Oolong tea

I chipped my tooth while sipping my tea,

Seems quite unlikely? Also to me.

I checked the package, it didn’t take long.

It said on the side “Freshest oolong”.

The dictionary told me what oolong meant

It means, dark dragon, so that’s the content.

I peered into my cup, now a bit cooler,

And stared into a tiny, suspicious ocular.

A tiny tee-covered black dragon staring back,

Apparently the one that made my tooth crack.

It jumps out, and quickly flies away,

All it left behind, a tooth-ache for the day.


Almost gentlemanly actions

This might be a suggestion on what to do on dates, or it might not. Reader discretion is advised.


Being a gentleman is nice,

But for me it will not suffice.

I like absurdity, that’s my aim,

The laughter it brings, not money or fame.

A female and a door, a deadly combination!

Open it ASAP, gentle conjuration.

But open it too little so she can’t fit through

Marvel at her expression of having no clue.

Laugh very heartily to let her know

No ill intention, no intended woe.

Going out to eat and you offer her a seat?

Like a gentleman, you’re fast on your feet.

Pull the chair just slightly to the side

So the armrest is what she’ll meet with her behind.

As she turns around, chuckle and smile

To prevent any hatred, anger or bile.

Going home after a fancy night out?

It’s cold outside, so I’m all about:

Here’s your coat, milady, if you please,

Holding it ready for her to wear it with ease,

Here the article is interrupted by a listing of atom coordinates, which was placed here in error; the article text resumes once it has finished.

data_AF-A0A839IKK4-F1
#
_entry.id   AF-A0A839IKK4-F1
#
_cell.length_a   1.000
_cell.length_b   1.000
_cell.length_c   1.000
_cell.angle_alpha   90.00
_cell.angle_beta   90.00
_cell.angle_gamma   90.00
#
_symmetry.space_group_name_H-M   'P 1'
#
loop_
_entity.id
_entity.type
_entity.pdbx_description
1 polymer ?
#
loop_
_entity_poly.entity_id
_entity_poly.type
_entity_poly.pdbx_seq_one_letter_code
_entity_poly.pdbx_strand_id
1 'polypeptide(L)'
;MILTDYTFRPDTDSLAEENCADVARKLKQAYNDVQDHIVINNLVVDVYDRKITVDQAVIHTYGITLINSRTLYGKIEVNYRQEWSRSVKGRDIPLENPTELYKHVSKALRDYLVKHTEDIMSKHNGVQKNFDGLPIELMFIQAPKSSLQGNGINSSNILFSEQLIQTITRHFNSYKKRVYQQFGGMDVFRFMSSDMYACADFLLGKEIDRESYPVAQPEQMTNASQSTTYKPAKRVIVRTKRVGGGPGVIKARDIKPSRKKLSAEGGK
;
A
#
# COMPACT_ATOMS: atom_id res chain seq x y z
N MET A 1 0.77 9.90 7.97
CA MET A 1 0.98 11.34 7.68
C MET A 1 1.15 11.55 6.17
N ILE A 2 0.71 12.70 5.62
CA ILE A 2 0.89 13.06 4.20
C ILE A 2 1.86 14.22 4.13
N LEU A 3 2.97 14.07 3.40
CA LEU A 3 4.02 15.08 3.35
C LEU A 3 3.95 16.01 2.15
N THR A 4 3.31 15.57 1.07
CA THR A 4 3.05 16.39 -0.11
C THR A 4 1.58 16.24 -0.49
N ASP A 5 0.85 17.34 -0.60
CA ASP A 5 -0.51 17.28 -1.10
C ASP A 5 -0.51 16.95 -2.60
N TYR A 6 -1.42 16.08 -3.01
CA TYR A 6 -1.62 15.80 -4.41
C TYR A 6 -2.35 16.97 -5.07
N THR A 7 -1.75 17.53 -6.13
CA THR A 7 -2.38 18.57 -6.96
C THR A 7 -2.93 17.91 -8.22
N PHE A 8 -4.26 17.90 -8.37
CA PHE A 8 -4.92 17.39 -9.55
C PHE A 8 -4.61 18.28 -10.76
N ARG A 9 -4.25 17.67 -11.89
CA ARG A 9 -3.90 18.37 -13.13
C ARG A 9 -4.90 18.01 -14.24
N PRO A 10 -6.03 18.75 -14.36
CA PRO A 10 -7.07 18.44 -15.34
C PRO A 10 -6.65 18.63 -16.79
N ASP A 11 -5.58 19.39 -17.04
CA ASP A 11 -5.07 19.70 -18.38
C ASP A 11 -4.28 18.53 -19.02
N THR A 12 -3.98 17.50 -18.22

Holding it ready, but a bit too high

So she can’t quite reach, be ready for the why.

The why in her eyes as she realizes,

The humor that was hidden, the bestest of prizes.

Almost gentlemanly actions just like these

Will have her swaying in the humorous breeze.

Timber florist

Stealing wood from the government forest,

Feeling like a timber florist.

In the middle of nowhere with no one to see

I won’t be caught when I work like a bee.

Hey Mr. Oak, meet Mr. Chainsaw.

He’s a nice guy with only one flaw.

He’ll cut you up into pieces by the foot

Later: meet Mr. Oven, turn into soot.

Stealing wood from government land,

So I won’t freeze my toe or hand

When I sit one the sofa in March,

Under my roof, an oaken arch.

Speck, the Vulcan

Spock is the Vulcan from Star Trek.

He has a brother whose name is Speck.

He is a replicator in human form,

With pointy ears per the Vulcan norm.

The food comes out from a nostril, the right

The drinks from the left, because it’s a bit tight.

If you think it’s icky, well you know, he’s a Vulcan,

Not a dirty human like me or Macaulay Culkin.

You calibrate your wishes by pulling on the ears.

No fuss, no trouble, no clanking of gears.

Shoot it forcefully into your container,

Of course you bring one, that’s a no-brainer.

I don’t know if Star Trek has Tupperware,

But if not, then something else that’s square.

Spock likes his brother and that’s no wonder,

With him every party will fail to go under.

Just be sure to calibrate it well,

One yank too much and and your soda might smell.

A German disguise

I like to be anonymous, a part of the crowd

Hidden in the masses, in the collective shroud.

In some places it’s harder than in others,

Due to the color of the skin, mine and my mother’s.

In Germany, for example, it’s not that hard,

But that doesn’t mean I can let down my guard.

I’m smaller than most by more than a head,

Maybe because they were way better fed,

But this in turn calls for a pair of stilts,

Discreet ones, not showy like kilts.

Something hidden in the legs of the pants

Going all the way down to the hard-working ants.

A piece of wood or metal to be sure

Is all I need for a disguise, a cure.

This, of course, is relatively easy,

But on Mars, for example, it wouldn’t be a breezy.